Background and Objectives: Trauma often affects cognitive processes; however, little is known about their role in the relationship between posttraumatic stress and depression among traumatized people. This study aimed to examine three cognitive processes (intrusive rumination, deliberate rumination, and looming cognitive style) and the moderated-mediation effect of these processes in the relationship between posttraumatic stress and depression. Design: The study design was multiple-group cross-sectional. Methods: Participants included 159 Holocaust survivors and 87 matched participants without Holocaust experience. Participants completed questionnaires that assessed levels of rumination, looming cognitive style, posttraumatic stress, and depression. Results: Holocaust survivors reported higher levels of intrusive and deliberate rumination and looming, as well as higher levels of posttraumatic stress and depression than the non-exposed participants. Structural equation modeling revealed a direct association between posttraumatic stress and depression among the non-exposed group. Among the Holocaust survivors, higher levels of posttraumatic stress were related to more depression through the mediators of looming and intrusive rumination, and lower levels of posttraumatic stress were related to lower levels of depression through deliberate rumination. Conclusion: Findings suggest that trauma influences unique cognitive processes that affect the relationship between posttraumatic stress and depression.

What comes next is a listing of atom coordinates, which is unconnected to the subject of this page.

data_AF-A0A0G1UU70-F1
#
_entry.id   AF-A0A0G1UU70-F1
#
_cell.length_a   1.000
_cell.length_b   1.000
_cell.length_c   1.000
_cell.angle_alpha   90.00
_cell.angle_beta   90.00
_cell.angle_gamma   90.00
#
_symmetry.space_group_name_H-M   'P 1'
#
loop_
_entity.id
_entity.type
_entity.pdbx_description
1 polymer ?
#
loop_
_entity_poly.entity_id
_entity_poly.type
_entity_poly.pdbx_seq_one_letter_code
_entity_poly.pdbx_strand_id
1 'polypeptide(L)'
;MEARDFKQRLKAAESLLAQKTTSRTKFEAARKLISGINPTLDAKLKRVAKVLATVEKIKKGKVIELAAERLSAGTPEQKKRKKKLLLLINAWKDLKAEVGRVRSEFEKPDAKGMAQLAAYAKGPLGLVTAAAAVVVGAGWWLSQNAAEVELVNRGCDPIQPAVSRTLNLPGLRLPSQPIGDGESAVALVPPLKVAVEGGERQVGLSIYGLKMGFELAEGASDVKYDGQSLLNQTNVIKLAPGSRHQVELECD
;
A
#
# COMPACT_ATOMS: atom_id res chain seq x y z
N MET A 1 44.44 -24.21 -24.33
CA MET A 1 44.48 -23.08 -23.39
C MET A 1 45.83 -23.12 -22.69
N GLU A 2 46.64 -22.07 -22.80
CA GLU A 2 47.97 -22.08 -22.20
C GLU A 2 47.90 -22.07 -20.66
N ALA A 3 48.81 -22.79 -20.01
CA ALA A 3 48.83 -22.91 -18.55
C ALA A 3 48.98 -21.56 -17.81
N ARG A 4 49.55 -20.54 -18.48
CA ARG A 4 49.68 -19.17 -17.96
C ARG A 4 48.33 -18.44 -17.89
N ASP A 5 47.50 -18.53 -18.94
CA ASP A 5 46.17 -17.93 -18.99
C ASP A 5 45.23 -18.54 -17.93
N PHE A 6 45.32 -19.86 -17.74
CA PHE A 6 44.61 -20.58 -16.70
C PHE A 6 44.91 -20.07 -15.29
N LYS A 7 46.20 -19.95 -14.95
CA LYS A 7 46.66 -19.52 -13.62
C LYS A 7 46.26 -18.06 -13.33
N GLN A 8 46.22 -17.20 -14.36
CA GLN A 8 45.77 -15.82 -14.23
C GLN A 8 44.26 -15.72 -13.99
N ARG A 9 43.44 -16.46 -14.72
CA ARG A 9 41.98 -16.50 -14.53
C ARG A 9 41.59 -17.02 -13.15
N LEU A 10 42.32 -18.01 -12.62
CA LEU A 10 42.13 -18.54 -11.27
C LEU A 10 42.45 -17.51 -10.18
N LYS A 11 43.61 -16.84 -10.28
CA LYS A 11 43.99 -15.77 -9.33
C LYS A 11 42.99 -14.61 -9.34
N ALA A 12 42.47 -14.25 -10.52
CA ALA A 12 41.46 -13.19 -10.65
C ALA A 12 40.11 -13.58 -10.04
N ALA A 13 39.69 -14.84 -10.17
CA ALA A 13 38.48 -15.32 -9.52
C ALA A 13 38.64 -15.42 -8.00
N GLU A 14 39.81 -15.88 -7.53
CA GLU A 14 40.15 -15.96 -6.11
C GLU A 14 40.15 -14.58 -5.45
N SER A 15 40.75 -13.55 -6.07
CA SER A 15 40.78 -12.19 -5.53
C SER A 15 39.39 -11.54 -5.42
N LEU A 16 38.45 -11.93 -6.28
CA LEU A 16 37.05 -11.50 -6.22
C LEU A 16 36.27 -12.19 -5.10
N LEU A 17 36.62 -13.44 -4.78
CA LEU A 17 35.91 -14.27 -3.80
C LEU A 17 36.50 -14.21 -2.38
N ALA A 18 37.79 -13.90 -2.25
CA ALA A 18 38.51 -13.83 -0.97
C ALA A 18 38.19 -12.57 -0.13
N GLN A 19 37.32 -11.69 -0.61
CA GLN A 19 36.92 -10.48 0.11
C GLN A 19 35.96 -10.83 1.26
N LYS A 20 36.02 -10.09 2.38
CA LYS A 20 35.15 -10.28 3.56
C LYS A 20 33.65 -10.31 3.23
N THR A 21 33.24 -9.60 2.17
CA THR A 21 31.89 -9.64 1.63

Bibliographical notePublisher Copyright:
© 2019, © 2019 Informa UK Limited, trading as Taylor & Francis Group.
- Holocaust survivors
- cognitive processes
- early-life trauma
- posttraumatic stress symptoms
ASJC Scopus subject areas
- Developmental and Educational Psychology
- Clinical Psychology
- Arts and Humanities (miscellaneous)
- Psychiatry and Mental health